Simple Rules of Self Defense

If you are attacked fight back immediately and with ferocity. Do not go quietly with an abductor. Yell “Hands off” and “Fire” to get attention. If you see a suspicious person approaching you, thrust out your hand and yell “STOP, BACK OFF”. They can speak to you from that distance, but if they ask for the time, or some other question that could distract you, do not be distracted, stay focused on them and just say “I cannot answer that, please leave”. If they continue to approach you then you are being attacked and should run if possible, yell and defend yourself if necessary. Do not wait for them to strike you first. You are already under attack. If they are close enough and you cannot run you must strike and yell with all of the ferociousness of an attack dog. Even a large Pit Bull only weighs about seventy pounds and they cannot develop the dexterity of that we can. We just have to tap into the feral instincts that our ancestors possessed in order to bring our natural strength to bear on the situation. Through regular training you can increase your fighting skills, but you must also move through your everyday life with confidence, awareness, perception and observation skills, in the knowledge that you are fully competent to take care of yourself.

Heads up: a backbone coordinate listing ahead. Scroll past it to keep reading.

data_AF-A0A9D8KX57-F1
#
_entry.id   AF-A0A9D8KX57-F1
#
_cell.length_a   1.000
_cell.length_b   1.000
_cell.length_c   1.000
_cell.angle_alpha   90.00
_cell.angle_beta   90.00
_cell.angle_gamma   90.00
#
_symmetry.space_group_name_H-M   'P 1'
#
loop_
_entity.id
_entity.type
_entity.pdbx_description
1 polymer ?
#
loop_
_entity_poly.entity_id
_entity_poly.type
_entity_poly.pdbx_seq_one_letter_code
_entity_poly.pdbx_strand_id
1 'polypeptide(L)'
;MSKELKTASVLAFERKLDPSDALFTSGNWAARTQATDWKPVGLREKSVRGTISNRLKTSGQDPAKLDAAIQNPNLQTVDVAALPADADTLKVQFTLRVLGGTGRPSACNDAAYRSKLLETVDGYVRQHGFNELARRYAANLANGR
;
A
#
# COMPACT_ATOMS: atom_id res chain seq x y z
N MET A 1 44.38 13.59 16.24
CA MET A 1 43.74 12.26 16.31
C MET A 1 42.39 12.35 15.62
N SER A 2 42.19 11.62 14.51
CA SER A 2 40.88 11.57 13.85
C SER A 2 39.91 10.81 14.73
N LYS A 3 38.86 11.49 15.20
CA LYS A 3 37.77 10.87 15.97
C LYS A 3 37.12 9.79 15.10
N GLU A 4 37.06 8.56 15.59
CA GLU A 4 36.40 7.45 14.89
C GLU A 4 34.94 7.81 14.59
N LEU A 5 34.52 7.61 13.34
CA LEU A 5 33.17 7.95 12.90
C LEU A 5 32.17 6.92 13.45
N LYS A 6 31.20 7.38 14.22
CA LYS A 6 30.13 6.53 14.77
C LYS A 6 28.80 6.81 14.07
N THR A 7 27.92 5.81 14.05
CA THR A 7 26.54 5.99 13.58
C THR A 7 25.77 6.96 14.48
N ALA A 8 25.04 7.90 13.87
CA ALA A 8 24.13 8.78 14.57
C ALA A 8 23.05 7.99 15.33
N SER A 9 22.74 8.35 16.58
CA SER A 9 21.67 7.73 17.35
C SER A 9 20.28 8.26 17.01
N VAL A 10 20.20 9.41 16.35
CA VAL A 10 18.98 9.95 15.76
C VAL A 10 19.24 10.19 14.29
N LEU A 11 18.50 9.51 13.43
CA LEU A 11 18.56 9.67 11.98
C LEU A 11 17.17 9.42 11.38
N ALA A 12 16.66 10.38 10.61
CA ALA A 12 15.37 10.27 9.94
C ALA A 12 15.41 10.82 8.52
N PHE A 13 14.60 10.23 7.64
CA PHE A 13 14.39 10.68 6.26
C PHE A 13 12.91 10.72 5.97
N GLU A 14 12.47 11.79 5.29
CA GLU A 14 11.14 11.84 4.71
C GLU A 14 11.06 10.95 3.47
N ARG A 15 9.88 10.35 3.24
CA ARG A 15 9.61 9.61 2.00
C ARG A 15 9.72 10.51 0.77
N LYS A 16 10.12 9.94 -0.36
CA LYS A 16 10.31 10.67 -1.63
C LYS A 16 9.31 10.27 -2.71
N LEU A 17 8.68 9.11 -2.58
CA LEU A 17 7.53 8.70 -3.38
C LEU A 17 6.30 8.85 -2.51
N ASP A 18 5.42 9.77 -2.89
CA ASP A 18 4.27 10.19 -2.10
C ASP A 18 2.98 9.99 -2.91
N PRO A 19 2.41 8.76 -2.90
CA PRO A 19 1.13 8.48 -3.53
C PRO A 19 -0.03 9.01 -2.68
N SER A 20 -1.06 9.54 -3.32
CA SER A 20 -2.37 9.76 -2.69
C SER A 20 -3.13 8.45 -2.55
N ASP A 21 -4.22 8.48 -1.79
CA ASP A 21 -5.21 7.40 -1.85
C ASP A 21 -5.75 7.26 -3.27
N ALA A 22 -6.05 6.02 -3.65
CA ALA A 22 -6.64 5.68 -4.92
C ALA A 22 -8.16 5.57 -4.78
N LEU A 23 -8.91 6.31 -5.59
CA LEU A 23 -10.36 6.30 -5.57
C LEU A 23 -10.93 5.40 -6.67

The news video of the thirteen year old Tampa girl being abducted by her murderer, without a fight or a shout, is surely warning enough that compliance with an attackers’ request has no place in self-defense. If you’ve ever seen a mother trying to cope with a three-year-old having a tantrum you can get a sense of the resistance that an older child with training could bring to bear against an attacker.

In addition to practical self-defense we also need to teach children to function independently on their own behalf. As part of our Junior Program we require the children to learn to conform to the Dojo protocols. Getting their class card themselves, removing their own shoes and changing clothes if necessary; putting their shoes on again prior to meeting their parent at the front door after class, all forms an important part of this training. The sense of being able to take care of themselves in this way can generalize to the sense of competence, self reliance and confidence essential for successful self defense. As parents we undermine that process when we interfere with it.

© Robert H. Mason 2004

On Being a Champion

by Matty T. J. Stepanek

A Champion is a winner. A hero…

Someone who never gives up even when the going gets rough.

A champion is a member of a winning team…

Someone who overcomes challenges

Even when it requires creative solutions.

A champion is an optimist, a hopeful spirit…

Someone who plays the game, even when the game is called life…

Especially when the game is called life.

There can be a champion in each of us, if we live as a winner,

If we live as a member of the team,

If we live with a hopeful spirit,

For Life.